The lives of 72 elderly, low income tenants of the Ranch Mobile Home Park in Thousand Oaks will be at stake tomorrow night as the City of Thousand Oaks Rent Adjustment Commission meets to decide the fate of their rent. This hearing takes place Monday night, 6 p.m. at City Hall (Scherr Theatre).
Earlier this year, the landlord of this property, Andrew V. Hohn and A.V.M.G.H., LLC, filed a Rent Adjustment Application with the City of Thousand Oaks to increase the space rents for the single-wide spaces in this mobile home park by $587.45 per month, per space. The average space rental costs at this park are about $130, making this about a 450% increase.
Ranch was completed in 1977. Previously, in exchange for a waiver of $100,000 in City development fees, the owners of the park agreed to classify this as a park for low income (initially $10,000/year) and elderly (62+ tenants).
For the last 33 years, Ranch has continued to operate as an elderly, low income mobile home park, where most tenants are on fixed incomes and some fall below the poverty line.
The owners of Ranch have been entitled to make request annual rent increases these past 33 years to maintain a fair profit percentage. But oddly, they only asked for rent increases two times - 1983 and 2001.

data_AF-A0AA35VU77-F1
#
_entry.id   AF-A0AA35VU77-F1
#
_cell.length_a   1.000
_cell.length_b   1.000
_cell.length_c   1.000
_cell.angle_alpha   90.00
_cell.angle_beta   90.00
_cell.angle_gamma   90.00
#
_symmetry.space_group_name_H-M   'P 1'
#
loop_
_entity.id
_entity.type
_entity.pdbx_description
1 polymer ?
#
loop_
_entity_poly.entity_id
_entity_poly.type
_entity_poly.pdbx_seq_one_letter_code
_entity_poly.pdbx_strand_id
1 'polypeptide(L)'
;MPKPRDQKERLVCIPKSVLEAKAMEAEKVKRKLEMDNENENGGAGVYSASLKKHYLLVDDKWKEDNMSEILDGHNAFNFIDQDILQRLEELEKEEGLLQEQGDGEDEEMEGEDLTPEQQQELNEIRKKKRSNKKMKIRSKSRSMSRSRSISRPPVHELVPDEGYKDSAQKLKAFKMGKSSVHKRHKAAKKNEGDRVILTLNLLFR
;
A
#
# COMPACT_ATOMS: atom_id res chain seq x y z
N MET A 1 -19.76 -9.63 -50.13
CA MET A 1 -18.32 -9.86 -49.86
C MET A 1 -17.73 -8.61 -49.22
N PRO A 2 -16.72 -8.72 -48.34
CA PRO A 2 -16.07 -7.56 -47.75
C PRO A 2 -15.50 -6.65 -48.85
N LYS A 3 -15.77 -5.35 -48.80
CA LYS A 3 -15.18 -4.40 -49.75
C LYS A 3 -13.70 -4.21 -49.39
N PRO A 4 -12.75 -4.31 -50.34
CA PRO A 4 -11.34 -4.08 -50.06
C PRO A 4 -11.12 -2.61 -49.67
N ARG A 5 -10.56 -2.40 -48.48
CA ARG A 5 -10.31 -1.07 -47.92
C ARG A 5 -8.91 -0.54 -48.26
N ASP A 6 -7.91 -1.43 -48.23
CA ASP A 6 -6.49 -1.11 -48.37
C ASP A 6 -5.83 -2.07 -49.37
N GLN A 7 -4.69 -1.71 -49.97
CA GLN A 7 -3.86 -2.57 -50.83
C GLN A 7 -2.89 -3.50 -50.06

They are now seeking to more than make up for their lack of rent increases all these years by sticking these tenants with a 450% rent increase. Imagine the horror of purchasing one of these units in 2009 with a monthly space rental of $139 per month, then 1 year later receiving a notice in the mail that your landlord thinks they should be receiving $727 per month.
I have spoken to several Ranch tenants and they are scared. Very, very scared. Imagine your only income is $1,000 per month in Social Security payments, barely enough to survive. These people are stressed. In fact, since receiving word of the proposed rent increases, several Ranch tenants have had strokes; one passed and the other is in rehabilitation. Neither had prior history of strokes. A third resident has been hospitalized with a bleeding ulcer. May be a coincidence. The tenant I spoke with whose friend passed away recently does not believe it was a coincidence.
The owner and his attorney, Boyd L. Hill of Santa Ana law firm Hart, King & Coldren believe that the Ranch Mobile Home Park no longer qualifies as a "low income, elderly" park, adding to the complexity of the rent increase proposal.
On Friday, December 3rd, the City of Thousand Oaks issued its own recommendation to the Rent Adjustment Commission. The City recommended a $191.95 rent increase per space, per month over a five-year period. This represents a 160% increase in rent over a 5 year period, which, while still a huge increase for these people, is a much more realistic solution.
In the meantime, Ranch residents were only recently able to find a pro bono attorney to support them. This attorney submitted a letter to the City last Tuesday asking for a continuance of tomorrow's hearing to give her time to prepare. It appears the hearing is still set for tomorrow night however.
The Rent Adjustment Commission consists of five residents, including one mobile home park owner and tenant and three others.
The T.O. Acorn published an extensive article about this hearing last Thursday.
Conejo Valley Guide story written by Nancy Needham last month.
Additionally, the Thunderbird Mobile Home Park has a similar situation with the same owner and attorney, with a revised hearing date of January 10, 2011.